IT IS IMPORTNT TO ADDRESS SPEECH AND LANGUAGE DELAYS EARLY ON

IT IS IMPORTNT TO ADDRESS SPEECH AND LANGUAGE DELAYS EARLY ON

THE “WAIT AND SEE” APPROACH

Many parents who have children that are developing normally in every other way (social skills, play skills, fine/gross motor skills), have been told by family, friends or their family doctor “not to worry”. Often, parents are told to just “wait and see” if their child will outgrow their speech or language delay and hope for the best. While children develop at their own pace, SLT’s know certain milestones which should be reached by a specific age. When these milestones are not reached, this can be a cause for concern and, without the benefit of early intervention, can cause challenges down the road.

WHAT DOES THE RESEARCH SAY?

We know that when children don’t catch up in their speech + language skills, they may have persistent communication difficulties, as well as difficulty with reading and writing and peer interactions when they get to school.  The “wait and see approach” is not advisable when it comes to language development. Delaying intervention delays important treatment that can make a big difference to a child in so many ways.

REASONS TO INTERVENE EARLY

Early intervention does not just involve “treatment” for the child, but also it provides education, support and guidance for parents. Early intervention can have a significant impact on your child’s development. It can help to improve their ability to communicate, interact with others, and improve their social skills and emotional development. There are many reasons to intervene early. Five reasons are summarized below:

1.      BRAIN DEVELOPMENT

Young children develop the majority of their speech and language skills in the first three years of life. During this time, this learning influences how the brain develops. Early intervention is critically important because infants, toddlers and preschools have developing brains that are designed to learn communication skills. If there is problem with that development, therapy should be started as soon as possible to take advantage of this period of normal brain development.

2.      ELIMINTATION

A child may be able to develop normal speech or language, although this is difficult to predict for most young children. We often don’t know the cause of “late talking” and can’t predict the course of development, however with early intervention many children will develop language and catch up to their peers prior to starting school. With regards to an articulation delay, an SLT can assess and provide treatment for these speech sound disorders which can be quickly eliminated with early intervention.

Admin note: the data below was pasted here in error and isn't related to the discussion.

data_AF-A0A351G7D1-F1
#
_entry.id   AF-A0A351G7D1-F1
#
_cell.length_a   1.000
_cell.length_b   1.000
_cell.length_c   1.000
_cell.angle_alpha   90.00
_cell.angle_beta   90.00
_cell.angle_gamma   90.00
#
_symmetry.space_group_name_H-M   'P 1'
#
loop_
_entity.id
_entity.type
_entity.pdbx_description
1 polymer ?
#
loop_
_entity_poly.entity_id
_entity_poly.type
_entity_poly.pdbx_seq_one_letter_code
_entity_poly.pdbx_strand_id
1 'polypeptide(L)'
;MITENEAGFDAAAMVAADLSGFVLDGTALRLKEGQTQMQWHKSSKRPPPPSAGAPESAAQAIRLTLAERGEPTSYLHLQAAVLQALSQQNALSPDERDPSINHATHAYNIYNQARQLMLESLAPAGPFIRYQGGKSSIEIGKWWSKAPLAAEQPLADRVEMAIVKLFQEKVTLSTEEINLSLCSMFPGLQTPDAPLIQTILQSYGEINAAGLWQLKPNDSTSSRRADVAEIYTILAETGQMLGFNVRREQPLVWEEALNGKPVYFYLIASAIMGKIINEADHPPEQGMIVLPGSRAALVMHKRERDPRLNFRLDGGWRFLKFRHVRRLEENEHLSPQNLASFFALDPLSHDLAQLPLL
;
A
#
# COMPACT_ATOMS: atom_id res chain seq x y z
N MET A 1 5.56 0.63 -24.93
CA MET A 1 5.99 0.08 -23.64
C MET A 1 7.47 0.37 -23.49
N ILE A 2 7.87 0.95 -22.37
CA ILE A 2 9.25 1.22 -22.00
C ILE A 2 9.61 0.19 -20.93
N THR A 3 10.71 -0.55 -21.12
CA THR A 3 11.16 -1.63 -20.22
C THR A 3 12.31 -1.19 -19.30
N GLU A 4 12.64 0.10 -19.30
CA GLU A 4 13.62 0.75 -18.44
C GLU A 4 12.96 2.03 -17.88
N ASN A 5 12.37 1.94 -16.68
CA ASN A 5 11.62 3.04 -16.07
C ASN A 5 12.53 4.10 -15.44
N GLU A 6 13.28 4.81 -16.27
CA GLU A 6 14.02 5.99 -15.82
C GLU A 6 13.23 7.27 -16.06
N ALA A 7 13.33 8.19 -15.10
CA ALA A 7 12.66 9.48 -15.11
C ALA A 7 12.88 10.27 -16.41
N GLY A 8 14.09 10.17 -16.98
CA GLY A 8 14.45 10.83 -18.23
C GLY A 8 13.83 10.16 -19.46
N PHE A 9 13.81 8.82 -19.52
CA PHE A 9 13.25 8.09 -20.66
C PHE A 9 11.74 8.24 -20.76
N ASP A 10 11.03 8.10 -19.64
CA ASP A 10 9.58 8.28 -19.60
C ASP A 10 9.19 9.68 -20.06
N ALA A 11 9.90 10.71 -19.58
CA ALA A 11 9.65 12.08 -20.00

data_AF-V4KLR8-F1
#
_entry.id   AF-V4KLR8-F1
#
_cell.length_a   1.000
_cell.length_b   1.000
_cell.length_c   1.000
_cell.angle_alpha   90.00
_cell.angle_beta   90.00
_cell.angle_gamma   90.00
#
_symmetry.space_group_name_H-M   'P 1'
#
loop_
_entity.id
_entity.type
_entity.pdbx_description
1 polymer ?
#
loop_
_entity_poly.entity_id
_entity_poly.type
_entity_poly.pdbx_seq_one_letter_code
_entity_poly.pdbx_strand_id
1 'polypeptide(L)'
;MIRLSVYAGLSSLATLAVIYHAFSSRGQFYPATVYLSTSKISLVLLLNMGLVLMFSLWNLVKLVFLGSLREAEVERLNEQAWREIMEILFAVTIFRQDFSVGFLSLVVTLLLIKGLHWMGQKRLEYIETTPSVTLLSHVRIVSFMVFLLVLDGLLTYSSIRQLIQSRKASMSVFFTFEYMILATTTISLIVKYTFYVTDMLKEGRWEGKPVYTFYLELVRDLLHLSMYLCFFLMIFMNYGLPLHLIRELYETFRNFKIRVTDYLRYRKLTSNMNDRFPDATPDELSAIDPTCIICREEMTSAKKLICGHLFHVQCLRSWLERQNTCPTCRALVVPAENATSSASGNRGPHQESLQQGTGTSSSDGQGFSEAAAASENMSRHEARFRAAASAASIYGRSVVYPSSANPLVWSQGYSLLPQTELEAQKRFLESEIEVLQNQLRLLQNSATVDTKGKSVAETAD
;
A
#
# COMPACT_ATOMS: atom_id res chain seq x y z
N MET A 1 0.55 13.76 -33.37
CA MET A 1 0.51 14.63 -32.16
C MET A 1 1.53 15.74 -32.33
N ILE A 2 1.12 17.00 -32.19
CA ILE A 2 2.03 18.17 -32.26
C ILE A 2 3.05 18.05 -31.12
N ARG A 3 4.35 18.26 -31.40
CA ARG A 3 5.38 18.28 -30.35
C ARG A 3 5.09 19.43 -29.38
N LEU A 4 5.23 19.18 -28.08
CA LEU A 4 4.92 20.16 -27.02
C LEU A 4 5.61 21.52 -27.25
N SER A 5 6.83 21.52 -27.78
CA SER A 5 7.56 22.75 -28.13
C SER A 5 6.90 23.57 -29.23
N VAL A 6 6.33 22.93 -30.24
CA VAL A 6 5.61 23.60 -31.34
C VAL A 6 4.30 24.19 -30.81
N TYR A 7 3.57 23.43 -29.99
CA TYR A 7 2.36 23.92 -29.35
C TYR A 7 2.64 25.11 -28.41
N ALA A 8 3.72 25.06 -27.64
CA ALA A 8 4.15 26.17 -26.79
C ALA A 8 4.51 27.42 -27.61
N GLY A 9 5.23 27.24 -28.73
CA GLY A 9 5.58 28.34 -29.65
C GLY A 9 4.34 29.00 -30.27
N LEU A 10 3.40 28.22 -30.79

3.      REMEDIATION

This involves improving communication skills during play and daily routines with your child. It is the most common outcome expected from speech and language intervention for young children with communication delays. Becoming a more effective communicator helps a child to communicate with adults and peers and can also decrease frustration and negative behaviours.

4.      COMPENSATORY STRATEGIES.

These are strategies used to develop a functional means of communication for a child who is not using any verbal language. Compensatory strategies can be taught to help reduce a child’s frustration with communication difficulties. For example, teaching a child to use “pictures” or “basic signs” to help them communicate things such as, what they want to eat or what toy they would like to play with. These strategies can help to give the child an immediate way to communicate while also working on more long-term strategies to develop other speech and language skills.

5.      PARENTS PLAY A CRUCIAL ROLE

During early intervention parents are provided with the tools that they need to facilitate speech and language development. Parents and/or caregivers are at the centre of early intervention because they provide the necessary language models on a daily basis that children need to develop language and communicate more effectively. Through early intervention, parents can be taught valuable early language strategies so that they can help facilitate their child’s speech and language development during play, reading books and during daily routines such as mealtime and bath time. They can also be taught specific cueing and/or feedback strategies for specific speech sounds.

Posted: Tuesday 25 April 2017